The Fantastic Four First appeared in The Fantastic Four #1 (Nov. 1961) created by writer-editor Stan Lee and artist and co-plotter Jack Kirby Story: scientist Reed Richards, with girlfriend Sue Storm, her brother Johnny and pilot Ben Grimm, fly an experimental spacecraft and get exposed to space radiation, giving them powers. No secret identities. They become: Mr. Fantastic, The Human Torch (II), The Thing and Invisible Girl/Woman Villains: Galactus (eater of worlds), Dr. Doom, the Skrull Empire Actors: Ioan Gruffudd, Chris “Captain America” Evans, Michael Chiklis, Jessica Alba

24 Marvel’s Mutant Team The (Uncanny) X-Men
first appeared in The X-Men #1 (September 1963) created by writer Stan Lee and artist Jack Kirby Story: a mutant professor starts a school to train mutant children to be superheroes. The ideological difference between Martin Luther King (understanding) and Malcolm X (equality through violence if necessary) inspired the Professor X/Magneto divide. About tolerance. Original members: Professor X, Angel, Beast, Cyclops, Iceman and Marvel Girl Villains: Magneto, Sentinels, Brotherhood of Evil Mutants, The Hellfire Club, Apocalypse, Mister Sinister Notable actors: Patrick Stewart, Ian McKellan, Hugh Jackman, Famke Janssen, Halle Berry, James Marsden and Canadian actors Shawn Ashmore and Anna Paquin

25 Marvel’s “Superheroes We Already Made” Team-Up Team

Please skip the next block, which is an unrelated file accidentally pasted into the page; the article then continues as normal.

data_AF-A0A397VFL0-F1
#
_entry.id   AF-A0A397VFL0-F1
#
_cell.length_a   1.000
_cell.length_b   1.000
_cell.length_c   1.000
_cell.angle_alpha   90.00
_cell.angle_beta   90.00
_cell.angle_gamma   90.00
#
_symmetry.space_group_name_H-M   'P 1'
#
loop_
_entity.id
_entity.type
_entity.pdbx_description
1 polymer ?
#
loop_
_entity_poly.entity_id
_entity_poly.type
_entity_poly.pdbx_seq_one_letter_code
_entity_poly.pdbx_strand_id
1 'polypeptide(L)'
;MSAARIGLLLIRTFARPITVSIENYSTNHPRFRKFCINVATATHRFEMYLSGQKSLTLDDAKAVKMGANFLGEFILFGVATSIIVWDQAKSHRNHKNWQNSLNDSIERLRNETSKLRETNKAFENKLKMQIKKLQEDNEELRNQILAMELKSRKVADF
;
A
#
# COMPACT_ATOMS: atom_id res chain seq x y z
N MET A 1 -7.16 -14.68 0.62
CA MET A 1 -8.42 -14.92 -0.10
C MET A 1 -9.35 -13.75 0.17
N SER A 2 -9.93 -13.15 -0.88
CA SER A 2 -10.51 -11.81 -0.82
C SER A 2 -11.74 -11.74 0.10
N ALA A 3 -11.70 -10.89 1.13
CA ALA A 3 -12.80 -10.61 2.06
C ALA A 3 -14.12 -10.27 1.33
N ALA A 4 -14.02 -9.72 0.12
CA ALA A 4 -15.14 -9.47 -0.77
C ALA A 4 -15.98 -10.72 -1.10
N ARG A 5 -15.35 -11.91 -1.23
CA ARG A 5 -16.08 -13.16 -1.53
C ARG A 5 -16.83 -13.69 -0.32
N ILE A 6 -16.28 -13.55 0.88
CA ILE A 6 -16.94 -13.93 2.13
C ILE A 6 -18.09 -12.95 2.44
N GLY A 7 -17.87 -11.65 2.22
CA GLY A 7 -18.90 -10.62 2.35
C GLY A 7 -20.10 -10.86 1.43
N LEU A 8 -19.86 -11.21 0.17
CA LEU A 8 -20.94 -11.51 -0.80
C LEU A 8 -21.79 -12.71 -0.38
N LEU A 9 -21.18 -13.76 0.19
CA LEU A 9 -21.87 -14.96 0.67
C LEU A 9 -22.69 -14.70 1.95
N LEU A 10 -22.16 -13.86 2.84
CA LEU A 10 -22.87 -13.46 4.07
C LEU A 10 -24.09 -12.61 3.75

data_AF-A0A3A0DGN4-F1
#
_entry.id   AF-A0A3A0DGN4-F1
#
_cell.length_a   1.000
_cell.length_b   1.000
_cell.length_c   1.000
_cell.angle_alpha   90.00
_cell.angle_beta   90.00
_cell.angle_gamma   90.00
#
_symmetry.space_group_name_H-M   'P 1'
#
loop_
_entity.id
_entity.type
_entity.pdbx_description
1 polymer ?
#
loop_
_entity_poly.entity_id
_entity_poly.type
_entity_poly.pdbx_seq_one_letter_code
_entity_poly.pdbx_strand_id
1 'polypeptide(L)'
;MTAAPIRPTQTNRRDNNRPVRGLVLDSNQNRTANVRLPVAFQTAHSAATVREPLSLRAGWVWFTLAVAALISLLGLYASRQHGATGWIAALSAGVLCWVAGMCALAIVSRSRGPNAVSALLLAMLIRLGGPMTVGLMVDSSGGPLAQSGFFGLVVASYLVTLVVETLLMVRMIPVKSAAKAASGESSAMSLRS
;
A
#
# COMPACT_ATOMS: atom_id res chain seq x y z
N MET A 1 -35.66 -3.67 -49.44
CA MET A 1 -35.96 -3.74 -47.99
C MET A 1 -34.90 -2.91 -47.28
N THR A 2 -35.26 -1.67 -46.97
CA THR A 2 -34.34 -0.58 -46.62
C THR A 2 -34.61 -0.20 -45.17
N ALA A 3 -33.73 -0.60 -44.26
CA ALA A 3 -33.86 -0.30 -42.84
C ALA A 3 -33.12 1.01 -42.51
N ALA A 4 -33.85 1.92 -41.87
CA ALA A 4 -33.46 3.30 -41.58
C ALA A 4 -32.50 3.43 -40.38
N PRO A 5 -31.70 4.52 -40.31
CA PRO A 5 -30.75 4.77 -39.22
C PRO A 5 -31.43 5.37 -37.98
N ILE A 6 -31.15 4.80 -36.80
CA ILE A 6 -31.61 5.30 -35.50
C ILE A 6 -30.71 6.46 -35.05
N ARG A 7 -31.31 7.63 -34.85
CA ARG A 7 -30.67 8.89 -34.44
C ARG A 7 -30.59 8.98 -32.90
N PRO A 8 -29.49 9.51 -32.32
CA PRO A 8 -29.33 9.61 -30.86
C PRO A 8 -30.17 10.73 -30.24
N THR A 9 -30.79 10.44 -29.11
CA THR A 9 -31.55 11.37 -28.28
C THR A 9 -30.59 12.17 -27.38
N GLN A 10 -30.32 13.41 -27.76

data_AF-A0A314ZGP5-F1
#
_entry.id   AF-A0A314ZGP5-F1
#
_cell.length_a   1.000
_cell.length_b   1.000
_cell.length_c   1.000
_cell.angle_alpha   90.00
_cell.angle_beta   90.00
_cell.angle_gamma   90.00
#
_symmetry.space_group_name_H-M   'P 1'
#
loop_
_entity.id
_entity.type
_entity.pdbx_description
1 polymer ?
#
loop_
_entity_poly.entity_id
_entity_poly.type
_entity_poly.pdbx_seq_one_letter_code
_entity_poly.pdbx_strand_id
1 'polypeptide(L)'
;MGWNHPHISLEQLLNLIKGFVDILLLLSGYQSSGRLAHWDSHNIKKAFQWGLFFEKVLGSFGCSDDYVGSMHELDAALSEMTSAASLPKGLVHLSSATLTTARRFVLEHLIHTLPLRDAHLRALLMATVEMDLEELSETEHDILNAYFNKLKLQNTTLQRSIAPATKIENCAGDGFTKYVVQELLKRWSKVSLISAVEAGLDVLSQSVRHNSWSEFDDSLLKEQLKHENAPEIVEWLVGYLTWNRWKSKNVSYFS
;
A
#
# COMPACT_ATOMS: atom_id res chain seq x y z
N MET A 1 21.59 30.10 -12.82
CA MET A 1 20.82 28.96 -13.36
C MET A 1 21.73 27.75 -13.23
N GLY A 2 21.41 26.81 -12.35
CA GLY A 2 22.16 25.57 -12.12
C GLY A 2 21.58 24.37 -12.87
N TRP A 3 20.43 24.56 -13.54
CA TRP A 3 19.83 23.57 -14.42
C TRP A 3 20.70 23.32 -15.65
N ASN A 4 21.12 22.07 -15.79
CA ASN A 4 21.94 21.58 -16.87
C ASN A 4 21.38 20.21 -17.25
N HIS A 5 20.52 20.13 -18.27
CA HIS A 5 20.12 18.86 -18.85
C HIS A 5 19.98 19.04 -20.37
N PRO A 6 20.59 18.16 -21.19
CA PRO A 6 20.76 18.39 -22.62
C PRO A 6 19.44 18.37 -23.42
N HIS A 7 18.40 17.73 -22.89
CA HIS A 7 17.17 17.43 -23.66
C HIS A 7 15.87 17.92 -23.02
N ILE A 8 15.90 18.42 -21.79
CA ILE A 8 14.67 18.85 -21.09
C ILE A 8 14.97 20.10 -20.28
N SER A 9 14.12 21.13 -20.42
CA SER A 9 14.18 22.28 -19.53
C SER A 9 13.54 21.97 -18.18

The Avengers First appeared in The Avengers #1 (Sept. 1963) created by writer-editor Stan Lee and artist/co-plotter Jack Kirby, after the success of D.C.’s The Justice League of America superhero team A teaming of Iron Man, the Hulk, Thor, Ant-Man and the Wasp, soon joined by Captain America Battle cry: “Avengers Assemble!” Could fight the villains of any of the team members, so first faced Thor’s evil brother Loki of Asgard

26 The Bronze Age:

27 Refining Comic Style In the 70s and 80s, comparatively few successful new characters were created. Mostly the old ones were made more “real-world.” Art styles got more realistic Every superhero had a “girl version.” Themes got gritty Racial themes and social problems were no longer censored out Horror and supernatural ideas were no longer censored either.

28 “Hero” who kills with a gun?
The Punisher Created by writer Gerry Conway and artists John Romita, Sr., and Ross Andru first appeared in The Amazing Spider-Man #129 (February 1974) Secret identity: Frank Castle Story: his family were killed by criminals (like Bruce Wayne) so unlike Batman, he drives around in a van and shoots criminals Other characters: Microchip (his gear guy) Villains: the Mafia, drug cartels, organized crime of every nationality or origin Actors: Dolph Lungren, Thomas Jane, Ray Stevenson